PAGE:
Kanesha Burch says she could see her son, Antonio Gaylord, was "different."
Antonio's verbal skills and abilities to express himself were delayed. He didn't want to interact with other children and was very sensitive to sound as well as different food textures and colors.
But when Antonio was rejected from three day cares, Burch felt she had to take matters into her own hands.
"When I went to [the day cares], and I go, 'OK, what's the reason?'" she said. "They say, 'We can't meet your child's needs.'"
Burch took Antonio, who was 3 at the time, to his pediatrician, where he was diagnosed with language expressive delay and autism spectrum disorder.
"I had no knowledge on autism," she said. "I was scared because I didn't know how to help him."
She took Antonio to the Children's Healthcare of Atlanta's Marcus Autism Center to find out more. There, Antonio was given the same diagnosis he received at his pediatrician's office.
Burch says her instincts kicked in and she knew her education wouldn't end there.
"I'm his first line of help, so if I don't know what to do, [don't know] what resources are out there, then how can I help him?" she said.
Pursuing ABA therapy
To help her son, Burch decided to pursue her master's degree in psychology with a concentration in applied behavior analysis, or ABA therapy, from Purdue University. She began the online program in 2016, complementing a degree in early childhood education she earned during undergrad.
According to Dr. Cheryl Klaiman, program director of diagnostic services at the Marcus Autism Center, ABA therapy "is a type of therapy that uses positive reinforcement to shape and teach behaviors." It involves breaking tasks down into small steps and teaching each step one at a time.
"Given that tasks are broken down into their individual components and then taught through lots of practice, the individual gradually learns the skills needed for their success," Klaiman told "GMA" in an email.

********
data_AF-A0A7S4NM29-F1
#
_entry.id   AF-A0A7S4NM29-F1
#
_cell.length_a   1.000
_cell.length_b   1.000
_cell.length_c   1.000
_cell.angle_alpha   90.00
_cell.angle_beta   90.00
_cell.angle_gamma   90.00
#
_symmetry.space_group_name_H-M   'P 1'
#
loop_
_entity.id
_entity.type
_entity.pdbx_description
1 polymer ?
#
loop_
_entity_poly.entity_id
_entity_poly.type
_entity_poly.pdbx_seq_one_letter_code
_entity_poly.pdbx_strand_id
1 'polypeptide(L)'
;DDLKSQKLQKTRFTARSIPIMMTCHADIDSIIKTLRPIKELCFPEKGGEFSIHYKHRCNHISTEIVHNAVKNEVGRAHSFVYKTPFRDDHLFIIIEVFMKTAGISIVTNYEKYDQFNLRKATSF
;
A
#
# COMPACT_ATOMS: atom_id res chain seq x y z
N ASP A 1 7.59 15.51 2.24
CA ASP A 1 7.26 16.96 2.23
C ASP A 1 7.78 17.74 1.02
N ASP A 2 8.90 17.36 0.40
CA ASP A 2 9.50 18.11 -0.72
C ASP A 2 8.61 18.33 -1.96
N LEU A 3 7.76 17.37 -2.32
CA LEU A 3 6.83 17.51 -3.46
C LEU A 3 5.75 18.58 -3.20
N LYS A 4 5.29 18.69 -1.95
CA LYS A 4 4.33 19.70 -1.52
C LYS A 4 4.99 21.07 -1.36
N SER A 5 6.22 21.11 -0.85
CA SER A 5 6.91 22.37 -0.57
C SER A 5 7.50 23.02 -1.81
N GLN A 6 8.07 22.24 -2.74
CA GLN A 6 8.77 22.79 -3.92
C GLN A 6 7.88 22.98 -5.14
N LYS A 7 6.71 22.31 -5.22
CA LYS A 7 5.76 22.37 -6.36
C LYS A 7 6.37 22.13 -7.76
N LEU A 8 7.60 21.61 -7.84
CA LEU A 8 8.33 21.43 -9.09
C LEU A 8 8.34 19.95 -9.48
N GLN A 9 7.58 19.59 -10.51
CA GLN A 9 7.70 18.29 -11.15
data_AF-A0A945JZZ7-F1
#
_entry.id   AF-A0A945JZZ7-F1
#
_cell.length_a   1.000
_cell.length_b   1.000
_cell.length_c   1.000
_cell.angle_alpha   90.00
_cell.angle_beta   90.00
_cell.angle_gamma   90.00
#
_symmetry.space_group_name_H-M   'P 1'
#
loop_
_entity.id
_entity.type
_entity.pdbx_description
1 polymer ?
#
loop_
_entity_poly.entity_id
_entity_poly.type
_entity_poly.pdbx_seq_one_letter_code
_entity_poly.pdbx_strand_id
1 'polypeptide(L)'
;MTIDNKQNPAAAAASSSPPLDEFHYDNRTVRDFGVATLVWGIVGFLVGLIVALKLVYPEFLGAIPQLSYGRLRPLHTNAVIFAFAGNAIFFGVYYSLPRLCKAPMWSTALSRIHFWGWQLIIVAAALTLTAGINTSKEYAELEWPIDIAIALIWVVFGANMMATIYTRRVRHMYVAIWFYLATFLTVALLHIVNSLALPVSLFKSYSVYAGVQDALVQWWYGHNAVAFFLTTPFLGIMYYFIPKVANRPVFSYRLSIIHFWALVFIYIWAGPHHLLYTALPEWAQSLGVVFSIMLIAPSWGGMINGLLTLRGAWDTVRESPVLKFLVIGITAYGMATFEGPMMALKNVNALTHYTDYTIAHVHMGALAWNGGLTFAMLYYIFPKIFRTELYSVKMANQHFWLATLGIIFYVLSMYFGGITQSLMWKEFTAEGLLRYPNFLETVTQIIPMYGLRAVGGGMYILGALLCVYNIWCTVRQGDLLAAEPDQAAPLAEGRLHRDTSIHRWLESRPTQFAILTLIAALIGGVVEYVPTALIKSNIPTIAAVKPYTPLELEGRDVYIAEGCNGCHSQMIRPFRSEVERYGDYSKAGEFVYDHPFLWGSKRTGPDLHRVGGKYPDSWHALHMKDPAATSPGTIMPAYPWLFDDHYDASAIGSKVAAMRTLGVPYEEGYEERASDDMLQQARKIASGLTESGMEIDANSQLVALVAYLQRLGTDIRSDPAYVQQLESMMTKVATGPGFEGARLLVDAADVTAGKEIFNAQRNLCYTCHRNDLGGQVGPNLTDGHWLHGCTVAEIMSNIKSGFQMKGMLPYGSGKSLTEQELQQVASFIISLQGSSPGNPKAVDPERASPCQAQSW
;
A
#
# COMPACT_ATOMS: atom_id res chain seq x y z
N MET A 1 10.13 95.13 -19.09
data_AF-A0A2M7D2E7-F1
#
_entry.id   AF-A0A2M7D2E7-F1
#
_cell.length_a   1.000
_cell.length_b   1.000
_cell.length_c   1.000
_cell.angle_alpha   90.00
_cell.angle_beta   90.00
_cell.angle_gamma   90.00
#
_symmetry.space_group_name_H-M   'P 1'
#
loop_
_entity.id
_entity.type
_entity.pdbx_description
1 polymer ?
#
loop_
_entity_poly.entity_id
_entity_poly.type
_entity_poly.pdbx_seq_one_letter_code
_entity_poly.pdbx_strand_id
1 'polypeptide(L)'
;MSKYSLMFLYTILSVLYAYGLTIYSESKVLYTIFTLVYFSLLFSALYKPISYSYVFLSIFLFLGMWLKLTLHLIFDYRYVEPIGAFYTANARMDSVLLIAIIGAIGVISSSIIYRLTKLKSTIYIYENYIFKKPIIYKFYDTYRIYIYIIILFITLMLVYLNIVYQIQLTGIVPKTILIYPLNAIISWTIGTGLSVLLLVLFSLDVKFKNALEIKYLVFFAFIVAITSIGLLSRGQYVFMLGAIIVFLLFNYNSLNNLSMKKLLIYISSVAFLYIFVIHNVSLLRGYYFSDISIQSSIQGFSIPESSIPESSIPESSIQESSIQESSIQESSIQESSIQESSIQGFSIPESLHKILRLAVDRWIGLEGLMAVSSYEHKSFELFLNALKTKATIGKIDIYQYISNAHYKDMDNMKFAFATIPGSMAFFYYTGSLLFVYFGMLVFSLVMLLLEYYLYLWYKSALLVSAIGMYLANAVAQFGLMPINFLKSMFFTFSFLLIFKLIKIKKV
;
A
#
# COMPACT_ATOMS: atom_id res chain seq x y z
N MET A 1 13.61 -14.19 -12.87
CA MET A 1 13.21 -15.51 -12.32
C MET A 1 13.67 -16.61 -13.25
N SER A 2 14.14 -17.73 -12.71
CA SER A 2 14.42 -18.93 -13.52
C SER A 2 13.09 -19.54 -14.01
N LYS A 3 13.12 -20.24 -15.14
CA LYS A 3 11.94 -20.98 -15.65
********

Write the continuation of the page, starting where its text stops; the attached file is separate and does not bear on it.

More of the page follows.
Klaiman says there are not enough resources for children to receive the recommended number of service hours of ABA therapy. But more programs are now coaching parents to be providers of ABA therapies for their children since going to school isn't always an option.
Burch was working as a pre-kindergarten teacher when she started to pursue her degree. She would work throughout the day, participate in her program, and then use what she learned to help Antonio and even some kids in her class.
Throughout her program, she learned to help Antonio cope during anxiety-inducing experiences, and she helped him learn how to substitute those behaviors for others. She worked one-on-one with Antonio on his speech, letters and numbers, as well as his ability to sit and concentrate.
Burch says the journey wasn't easy and it took a lot of sacrifices. But in the end, getting the degree was definitely worth the time and energy. She finished her program and graduated in October 2018.
"Just getting my master's in ABA has made a tremendous difference in my life and his life as well," she said.
Thanks to his mom's help and his hard work, Antonio, now 6, interacts with other kids and can hold conversations with others.
He was awarded Student of the Month and made A/B honor roll. For his honor roll ceremony, Antonio walked across the stage -- something Burch says he wouldn't have been able to do because of so much stimulation.
With her degree in hand, Burch says she now knows how to advocate for Antonio in school and work with him when he's home.
Burch wants to change the stigma around children with autism that they are supposed to look and act a certain way.
"So as his mom, I was on the go. I'm going to overcome those things. I want to prove those things," she said. "They are capable of doing anything that any typical developmental child can do."
After her and Antonio's experiences with day cares, Burch hopes more schools can be equipped to help children with autism or any disability.
And her education doesn't end there: Burch is currently pursuing another master's degree, this time in early childhood education from Grand Canyon University. She hopes to use her degrees to start a day care.
"If I can put myself in a situation where I can be a day care owner, I won't turn those kids away because I understand what those children are facing and understand what those parents are going through, and I want to be there for them," she said.